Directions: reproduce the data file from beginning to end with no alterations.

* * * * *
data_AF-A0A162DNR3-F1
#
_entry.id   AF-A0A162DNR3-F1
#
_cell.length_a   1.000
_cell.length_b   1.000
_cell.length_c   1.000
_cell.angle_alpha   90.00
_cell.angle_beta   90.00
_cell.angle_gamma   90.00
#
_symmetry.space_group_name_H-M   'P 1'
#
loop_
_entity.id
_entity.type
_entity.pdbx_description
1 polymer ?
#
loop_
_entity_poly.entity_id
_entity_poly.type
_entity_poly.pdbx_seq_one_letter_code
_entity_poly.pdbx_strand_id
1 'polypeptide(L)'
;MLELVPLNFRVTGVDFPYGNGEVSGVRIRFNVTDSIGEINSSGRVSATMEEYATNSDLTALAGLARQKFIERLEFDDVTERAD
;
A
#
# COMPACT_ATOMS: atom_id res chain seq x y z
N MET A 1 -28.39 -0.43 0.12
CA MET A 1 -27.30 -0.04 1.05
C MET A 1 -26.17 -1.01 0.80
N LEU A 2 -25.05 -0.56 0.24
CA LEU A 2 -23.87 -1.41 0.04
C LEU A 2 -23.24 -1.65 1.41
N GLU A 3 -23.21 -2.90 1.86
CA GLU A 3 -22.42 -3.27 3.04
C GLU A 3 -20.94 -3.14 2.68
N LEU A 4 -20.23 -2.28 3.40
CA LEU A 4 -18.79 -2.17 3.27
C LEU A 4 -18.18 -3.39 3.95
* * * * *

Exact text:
data_AF-A0A162DNR3-F1
#
_entry.id   AF-A0A162DNR3-F1
#
_cell.length_a   1.000
_cell.length_b   1.000
_cell.length_c   1.000
_cell.angle_alpha   90.00
_cell.angle_beta   90.00
_cell.angle_gamma   90.00
#
_symmetry.space_group_name_H-M   'P 1'
#
loop_
_entity.id
_entity.type
_entity.pdbx_description
1 polymer ?
#
loop_
_entity_poly.entity_id
_entity_poly.type
_entity_poly.pdbx_seq_one_letter_code
_entity_poly.pdbx_strand_id
1 'polypeptide(L)'
;MLELVPLNFRVTGVDFPYGNGEVSGVRIRFNVTDSIGEINSSGRVSATMEEYATNSDLTALAGLARQKFIERLEFDDVTERAD
;
A
#
# COMPACT_ATOMS: atom_id res chain seq x y z
N MET A 1 -28.39 -0.43 0.12
CA MET A 1 -27.30 -0.04 1.05
C MET A 1 -26.17 -1.01 0.80
N LEU A 2 -25.05 -0.56 0.24
CA LEU A 2 -23.87 -1.41 0.04
C LEU A 2 -23.24 -1.65 1.41
N GLU A 3 -23.21 -2.90 1.86
CA GLU A 3 -22.42 -3.27 3.04
C GLU A 3 -20.94 -3.14 2.68
N LEU A 4 -20.23 -2.28 3.40
CA LEU A 4 -18.79 -2.17 3.27
C LEU A 4 -18.18 -3.39 3.95